Dietary inflammatory index of mothers during pregnancy and Attention Deficit-Hyperactivity Disorder symptoms in the child at preschool age: a prospective investigation in the INMA and RHEA cohorts.

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    • Abstract:
      Inflammation provides a substrate for mechanisms that underlie the association of maternal diet during pregnancy with Attention Deficit-Hyperactivity Disorder (ADHD) symptoms in childhood. However, no previous study has quantified the proinflammatory potential of maternal diet as a risk factor for ADHD. Thus, we evaluated the association of maternal dietary inflammatory index (DII®) scores during pregnancy with ADHD symptoms in 4-year-old children born in two Mediterranean regions. We analyzed data from two population-based birth cohort studies—INMA (Environment and Childhood) four subcohorts in Spain (N = 2097), and RHEA study in Crete (Greece) (N = 444). The DII score of maternal diet was calculated based on validated food frequency questionnaires completed during pregnancy (12th and/or 32nd week of gestation). ADHD symptoms were assessed by ADHD-DSM-IV in INMA cohort and by ADHDT test in RHEA cohort, with questionnaires filled-out by teachers and parents, respectively. The associations between maternal DII and ADHD symptoms were analysed using multivariable-adjusted zero-inflated negative binomial regression models in each cohort study separately. Meta-analysis was conducted to combine data across the cohorts for fitting within one model. The DII was significantly higher in RHEA (RHEA = 2.09 [1.94, 2.24]) in comparison to INMA subcohorts (Asturias = − 1.52 [− 1.67, − 1.38]; Gipuzkoa = − 1.48 [− 1.64, − 1.33]; Sabadell = − 0.95 [− 1.07, − 0.83]; Valencia = − 0.76 [− 0.90, − 0.62]). Statistically significant reduced risk of inattention symptomatology (OR = 0.86; CI 95% = 0.77–0.96), hyperactivity symptomatology (OR = 0.82; CI 95% = 0.72–0.92) and total ADHD symptomatology (OR = 0.82; CI 95% = − 0.72 to 0.93) were observed with increased maternal DII in boys. No statistically significant associations were observed in girls between maternal DII and inattention, hyperactivity and total ADHD symptomatology. We found reduced risk of ADHD symptomatology with increased DII only in boys. This relationship requires further exploration in other settings. [ABSTRACT FROM AUTHOR]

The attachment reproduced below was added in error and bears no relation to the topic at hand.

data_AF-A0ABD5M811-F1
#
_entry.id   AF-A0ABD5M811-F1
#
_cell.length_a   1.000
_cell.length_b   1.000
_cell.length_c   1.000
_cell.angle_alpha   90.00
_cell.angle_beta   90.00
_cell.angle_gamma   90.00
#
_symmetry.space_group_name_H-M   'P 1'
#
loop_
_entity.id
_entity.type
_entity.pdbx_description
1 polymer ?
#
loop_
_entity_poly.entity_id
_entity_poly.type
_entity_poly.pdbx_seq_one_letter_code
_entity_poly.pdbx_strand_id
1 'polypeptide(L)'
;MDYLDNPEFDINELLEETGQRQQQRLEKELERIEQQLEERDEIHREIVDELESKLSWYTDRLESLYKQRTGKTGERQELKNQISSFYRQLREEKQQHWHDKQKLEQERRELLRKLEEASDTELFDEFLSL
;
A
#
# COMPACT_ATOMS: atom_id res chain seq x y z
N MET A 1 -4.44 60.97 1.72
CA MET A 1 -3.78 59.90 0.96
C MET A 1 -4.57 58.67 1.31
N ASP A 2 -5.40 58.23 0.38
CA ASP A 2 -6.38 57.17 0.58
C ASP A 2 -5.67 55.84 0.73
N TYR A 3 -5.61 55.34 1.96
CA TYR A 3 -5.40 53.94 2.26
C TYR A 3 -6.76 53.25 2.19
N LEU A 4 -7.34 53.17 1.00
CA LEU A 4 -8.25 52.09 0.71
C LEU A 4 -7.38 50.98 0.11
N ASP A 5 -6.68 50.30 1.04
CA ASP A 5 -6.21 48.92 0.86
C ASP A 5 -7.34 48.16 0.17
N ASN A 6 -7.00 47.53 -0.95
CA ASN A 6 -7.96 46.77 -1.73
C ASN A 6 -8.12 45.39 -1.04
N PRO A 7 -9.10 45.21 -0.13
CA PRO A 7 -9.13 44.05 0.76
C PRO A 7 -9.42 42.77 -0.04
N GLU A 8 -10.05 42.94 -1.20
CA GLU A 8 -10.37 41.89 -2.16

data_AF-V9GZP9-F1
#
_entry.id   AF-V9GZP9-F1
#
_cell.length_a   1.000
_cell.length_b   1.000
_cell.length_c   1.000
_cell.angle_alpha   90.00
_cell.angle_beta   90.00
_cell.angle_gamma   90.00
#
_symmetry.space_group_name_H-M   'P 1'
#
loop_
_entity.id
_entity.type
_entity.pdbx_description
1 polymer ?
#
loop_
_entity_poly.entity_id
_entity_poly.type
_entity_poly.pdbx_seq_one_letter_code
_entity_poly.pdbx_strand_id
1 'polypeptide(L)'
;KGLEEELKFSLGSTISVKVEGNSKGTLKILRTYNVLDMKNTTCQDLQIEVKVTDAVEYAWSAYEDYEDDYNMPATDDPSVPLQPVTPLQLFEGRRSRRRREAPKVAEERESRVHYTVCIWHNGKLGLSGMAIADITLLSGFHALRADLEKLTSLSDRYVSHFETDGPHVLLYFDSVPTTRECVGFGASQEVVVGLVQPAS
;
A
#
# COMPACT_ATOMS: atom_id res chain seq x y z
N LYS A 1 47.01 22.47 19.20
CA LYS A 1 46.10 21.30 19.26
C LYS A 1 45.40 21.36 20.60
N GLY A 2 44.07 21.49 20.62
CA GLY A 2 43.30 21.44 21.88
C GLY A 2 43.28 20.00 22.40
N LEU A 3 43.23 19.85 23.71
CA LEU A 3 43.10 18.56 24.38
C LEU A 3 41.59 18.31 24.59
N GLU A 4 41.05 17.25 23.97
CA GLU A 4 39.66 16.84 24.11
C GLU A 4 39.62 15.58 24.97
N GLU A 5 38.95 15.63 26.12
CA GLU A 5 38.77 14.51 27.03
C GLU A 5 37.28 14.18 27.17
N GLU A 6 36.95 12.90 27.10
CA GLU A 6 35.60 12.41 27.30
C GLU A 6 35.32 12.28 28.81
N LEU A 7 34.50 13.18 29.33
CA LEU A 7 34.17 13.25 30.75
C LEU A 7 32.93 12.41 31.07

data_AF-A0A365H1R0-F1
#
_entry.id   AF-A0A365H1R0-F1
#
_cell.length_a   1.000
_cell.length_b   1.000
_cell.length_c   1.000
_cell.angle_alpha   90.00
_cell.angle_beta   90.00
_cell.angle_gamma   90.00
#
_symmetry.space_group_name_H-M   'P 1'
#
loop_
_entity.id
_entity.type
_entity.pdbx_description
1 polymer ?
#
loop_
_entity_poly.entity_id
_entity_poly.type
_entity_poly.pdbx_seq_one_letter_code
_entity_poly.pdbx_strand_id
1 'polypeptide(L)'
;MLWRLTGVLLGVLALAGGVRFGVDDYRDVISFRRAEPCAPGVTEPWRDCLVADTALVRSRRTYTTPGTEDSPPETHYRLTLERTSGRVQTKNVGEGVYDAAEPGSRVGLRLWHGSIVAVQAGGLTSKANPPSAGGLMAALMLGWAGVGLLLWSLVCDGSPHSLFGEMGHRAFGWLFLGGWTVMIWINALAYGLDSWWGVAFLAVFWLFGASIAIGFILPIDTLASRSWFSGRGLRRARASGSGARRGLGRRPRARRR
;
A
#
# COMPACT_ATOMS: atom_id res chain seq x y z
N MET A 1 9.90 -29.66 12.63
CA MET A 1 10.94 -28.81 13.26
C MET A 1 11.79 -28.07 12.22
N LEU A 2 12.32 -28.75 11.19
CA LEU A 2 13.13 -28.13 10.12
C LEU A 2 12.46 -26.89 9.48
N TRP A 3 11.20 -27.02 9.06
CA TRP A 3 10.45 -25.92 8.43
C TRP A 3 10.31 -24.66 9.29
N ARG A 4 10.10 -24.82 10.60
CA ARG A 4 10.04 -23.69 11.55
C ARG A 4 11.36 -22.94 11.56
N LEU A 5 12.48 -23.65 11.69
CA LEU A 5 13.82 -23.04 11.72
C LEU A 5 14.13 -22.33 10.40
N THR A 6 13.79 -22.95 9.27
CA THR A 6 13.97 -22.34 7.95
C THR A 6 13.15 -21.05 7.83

• Abstract:
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